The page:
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Heffron Blog

Heffron's Blog is a collection of comments related to the latest superannuation comings and goings.

Industry funds and DIY investment options – can they compete with SMSFs?

by Meg Heffron

It would seem that industry funds are starting to work out that just adding a wide range of investment options in order to look more like a self managed fund is not the way to minimise leakage to SMSFs (

I’d agree – in fact, I wonder if the industry funds who have done so are facing some probing questions from members along these lines :

Why have you spent all that money (that could have been used to reduce my fees) on doing something that was only ever going to be beneficial for a small group of people?  As it happens it’s been a flop but even if it hadn’t, how is it acting in the best interests of members to focus on features that are just not likely to be used by the majority of members?

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You may think you’re ready…

by Meg Heffron

Heffron Blog - You may think you're ready...

A funny thing happened when we were preparing our last Heffron SuperNews article (Issue #116 – SuperStream update).

We decided we would track the journey of the contribution and electronic service message from an employer to us (as a fund administration provider).

We knew what happened when it arrived with us – but was the process beforehand exactly as we thought?

We found an employer who was confident they were SuperStream ready.  They had dutifully reminded their employees of the need to provide an Electronic Service Address (ESA) some time ago (because as an employer with more than 20 staff, they had actually been subject to the SuperStream rules since 1 July 2014, albeit they knew they had a 12 month transition period).

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There’s risk and then there’s risk

by Meg Heffron

There's risk and then there's risk

Our last Heffron SuperNews looked at what options would be available for funds wanting to buy assets they can’t quite finance yet in a world that no longer included Limited Recourse Borrowing Arrangements.  It got me thinking about why there’s such a focus on killing LRBAs in the first place.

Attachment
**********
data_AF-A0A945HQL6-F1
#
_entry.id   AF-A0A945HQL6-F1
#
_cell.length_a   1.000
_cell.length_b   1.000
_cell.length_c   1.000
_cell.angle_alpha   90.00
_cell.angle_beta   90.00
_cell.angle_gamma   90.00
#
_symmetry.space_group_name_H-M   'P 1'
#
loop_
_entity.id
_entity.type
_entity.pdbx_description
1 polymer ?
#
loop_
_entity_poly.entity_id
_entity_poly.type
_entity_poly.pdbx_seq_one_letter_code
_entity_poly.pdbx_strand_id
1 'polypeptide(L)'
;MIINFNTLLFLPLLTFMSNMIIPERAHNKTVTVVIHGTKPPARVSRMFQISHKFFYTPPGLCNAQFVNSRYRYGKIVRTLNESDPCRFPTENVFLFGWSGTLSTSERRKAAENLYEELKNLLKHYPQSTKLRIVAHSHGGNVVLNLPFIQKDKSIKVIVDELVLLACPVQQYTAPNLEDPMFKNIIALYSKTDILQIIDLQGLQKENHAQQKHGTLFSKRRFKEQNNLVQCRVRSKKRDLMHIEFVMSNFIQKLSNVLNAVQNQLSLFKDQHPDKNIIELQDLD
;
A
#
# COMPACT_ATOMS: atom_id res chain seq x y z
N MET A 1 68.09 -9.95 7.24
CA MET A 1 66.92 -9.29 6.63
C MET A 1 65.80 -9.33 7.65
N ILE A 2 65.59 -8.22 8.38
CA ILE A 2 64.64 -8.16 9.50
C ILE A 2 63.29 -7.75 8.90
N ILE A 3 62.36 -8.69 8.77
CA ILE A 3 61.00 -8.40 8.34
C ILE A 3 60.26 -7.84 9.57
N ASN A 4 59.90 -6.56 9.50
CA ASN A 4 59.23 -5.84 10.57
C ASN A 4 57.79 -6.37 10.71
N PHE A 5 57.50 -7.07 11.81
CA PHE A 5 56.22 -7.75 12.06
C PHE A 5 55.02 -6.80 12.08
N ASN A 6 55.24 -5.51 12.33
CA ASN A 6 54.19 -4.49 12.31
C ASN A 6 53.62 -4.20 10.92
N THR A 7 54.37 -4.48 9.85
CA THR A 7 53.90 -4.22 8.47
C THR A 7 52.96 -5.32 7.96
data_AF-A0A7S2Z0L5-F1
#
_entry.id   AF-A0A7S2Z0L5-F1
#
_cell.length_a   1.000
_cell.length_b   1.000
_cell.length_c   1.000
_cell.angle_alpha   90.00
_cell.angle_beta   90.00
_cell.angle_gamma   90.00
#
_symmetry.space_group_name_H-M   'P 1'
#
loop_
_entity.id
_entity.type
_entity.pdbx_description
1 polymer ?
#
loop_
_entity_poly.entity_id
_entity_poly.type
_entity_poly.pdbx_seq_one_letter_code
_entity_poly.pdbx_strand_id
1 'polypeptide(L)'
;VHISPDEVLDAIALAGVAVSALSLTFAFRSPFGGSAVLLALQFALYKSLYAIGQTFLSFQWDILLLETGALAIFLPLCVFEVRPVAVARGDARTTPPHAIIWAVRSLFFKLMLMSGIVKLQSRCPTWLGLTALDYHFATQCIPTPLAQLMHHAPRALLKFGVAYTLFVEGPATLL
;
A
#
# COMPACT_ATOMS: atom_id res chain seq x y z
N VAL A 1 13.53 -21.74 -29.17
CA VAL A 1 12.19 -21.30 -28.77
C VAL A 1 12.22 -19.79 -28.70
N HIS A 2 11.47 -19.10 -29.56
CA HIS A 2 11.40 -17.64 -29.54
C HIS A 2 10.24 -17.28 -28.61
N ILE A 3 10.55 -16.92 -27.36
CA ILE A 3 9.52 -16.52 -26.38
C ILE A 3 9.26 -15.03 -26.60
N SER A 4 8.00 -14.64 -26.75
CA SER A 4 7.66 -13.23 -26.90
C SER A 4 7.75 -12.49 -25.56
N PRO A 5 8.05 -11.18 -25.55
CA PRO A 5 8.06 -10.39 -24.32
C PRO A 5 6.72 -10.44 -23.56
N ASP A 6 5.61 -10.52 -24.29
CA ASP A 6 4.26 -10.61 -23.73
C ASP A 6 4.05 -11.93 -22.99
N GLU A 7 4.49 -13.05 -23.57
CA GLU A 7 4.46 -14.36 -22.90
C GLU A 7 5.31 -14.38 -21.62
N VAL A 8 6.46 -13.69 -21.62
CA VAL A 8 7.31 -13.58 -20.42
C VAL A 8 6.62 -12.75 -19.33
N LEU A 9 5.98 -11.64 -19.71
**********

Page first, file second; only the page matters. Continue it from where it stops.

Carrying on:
Much of the debate has focussed on risk.  In fact, the FSI report’s recommendation to remove borrowing from superannuation was predicated on an objective of “prevent[ing] the unnecessary build-up of risk in the superannuation system and the financial system more broadly” [p 86].

So it would be interesting to explore what exactly is meant by risk.

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Real time auditing – an exciting possibility or a service yet to find a value proposition?

by Meg Heffron

I’ve read a few articles on the prospect of real time auditing recently and have followed the debate with some interest. Real time auditing - good or bad?

So far, a lot of the discussion in the articles themselves has been about whether auditors can do it and whether they would like to in order to add more value.  What hasn’t been discussed in the particular articles I’ve read – other than as comments at the end – has been whether the trustees, advisers, administrators or regulators would like them to.

There is no doubt in my mind that the gradual move to real time information for trustees and those advising them is a good thing.  No doubt even Don Argus now thinks it’s better to know in advance that you’re in danger of failing to meet the minimum pension requirements, or that an asset the fund has just bought is probably a breach.  I know in our practice we’ve found the ability to have discussions about how contributions and pension payments should be allocated before 30 June highly useful!

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Cross insurance – red lighted by the ATO

by Meg Heffron

The rules on what types of insurance super funds could take out changed from 1 July 2014.  One strategy put at risk by the new rules was “cross insurance” – a common approach in funds with limited recourse borrowing arrangements where:

  • the fund has more than 1 member
  • it also has a loan
  • if Member A dies, the trustees don’t want Member B to be forced to sell the asset (either to pay out a death benefit or because they can no longer support the loan)
  • the trustee therefore took out insurance on Member A’s life (and vice versa) with the intention of using any proceeds to effectively pay out the loan or the death benefit or both, rather than adding it to Member A’s balance and paying it to his / her beneficiaries as part of a death benefit.

It is this last step – not paying the proceeds to Member A’s beneficiaries but rather keeping it in the fund for the long term benefit of Member B that raised questions. Click Here To Read More